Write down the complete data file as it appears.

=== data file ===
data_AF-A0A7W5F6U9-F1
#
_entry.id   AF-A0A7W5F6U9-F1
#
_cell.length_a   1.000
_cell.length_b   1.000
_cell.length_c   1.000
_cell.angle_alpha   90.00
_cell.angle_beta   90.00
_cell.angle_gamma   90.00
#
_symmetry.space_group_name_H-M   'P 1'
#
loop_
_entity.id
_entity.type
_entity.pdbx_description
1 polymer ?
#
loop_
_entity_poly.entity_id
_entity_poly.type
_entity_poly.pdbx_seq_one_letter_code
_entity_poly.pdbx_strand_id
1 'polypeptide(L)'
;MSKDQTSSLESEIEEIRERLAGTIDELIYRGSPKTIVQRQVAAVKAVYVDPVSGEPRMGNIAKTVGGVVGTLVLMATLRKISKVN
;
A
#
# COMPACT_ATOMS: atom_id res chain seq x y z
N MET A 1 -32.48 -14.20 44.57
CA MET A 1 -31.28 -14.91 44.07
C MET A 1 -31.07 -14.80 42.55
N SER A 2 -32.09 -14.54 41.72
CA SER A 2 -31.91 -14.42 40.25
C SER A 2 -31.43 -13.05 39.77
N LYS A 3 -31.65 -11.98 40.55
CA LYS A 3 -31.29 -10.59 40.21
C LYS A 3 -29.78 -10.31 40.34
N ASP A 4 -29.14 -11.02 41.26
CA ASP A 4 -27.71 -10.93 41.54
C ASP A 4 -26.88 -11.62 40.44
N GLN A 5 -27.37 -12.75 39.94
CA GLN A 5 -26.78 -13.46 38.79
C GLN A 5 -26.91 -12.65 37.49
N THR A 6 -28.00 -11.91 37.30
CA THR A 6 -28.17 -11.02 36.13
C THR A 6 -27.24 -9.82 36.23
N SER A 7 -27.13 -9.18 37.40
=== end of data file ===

data_AF-A0A7W5F6U9-F1
#
_entry.id   AF-A0A7W5F6U9-F1
#
_cell.length_a   1.000
_cell.length_b   1.000
_cell.length_c   1.000
_cell.angle_alpha   90.00
_cell.angle_beta   90.00
_cell.angle_gamma   90.00
#
_symmetry.space_group_name_H-M   'P 1'
#
loop_
_entity.id
_entity.type
_entity.pdbx_description
1 polymer ?
#
loop_
_entity_poly.entity_id
_entity_poly.type
_entity_poly.pdbx_seq_one_letter_code
_entity_poly.pdbx_strand_id
1 'polypeptide(L)'
;MSKDQTSSLESEIEEIRERLAGTIDELIYRGSPKTIVQRQVAAVKAVYVDPVSGEPRMGNIAKTVGGVVGTLVLMATLRKISKVN
;
A
#
# COMPACT_ATOMS: atom_id res chain seq x y z
N MET A 1 -32.48 -14.20 44.57
CA MET A 1 -31.28 -14.91 44.07
C MET A 1 -31.07 -14.80 42.55
N SER A 2 -32.09 -14.54 41.72
CA SER A 2 -31.91 -14.42 40.25
C SER A 2 -31.43 -13.05 39.77
N LYS A 3 -31.65 -11.98 40.55
CA LYS A 3 -31.29 -10.59 40.21
C LYS A 3 -29.78 -10.31 40.34
N ASP A 4 -29.14 -11.02 41.26
CA ASP A 4 -27.71 -10.93 41.54
C ASP A 4 -26.88 -11.62 40.44
N GLN A 5 -27.37 -12.75 39.94
CA GLN A 5 -26.78 -13.46 38.79
C GLN A 5 -26.91 -12.65 37.49
N THR A 6 -28.00 -11.91 37.30
CA THR A 6 -28.17 -11.02 36.13
C THR A 6 -27.24 -9.82 36.23
N SER A 7 -27.13 -9.18 37.40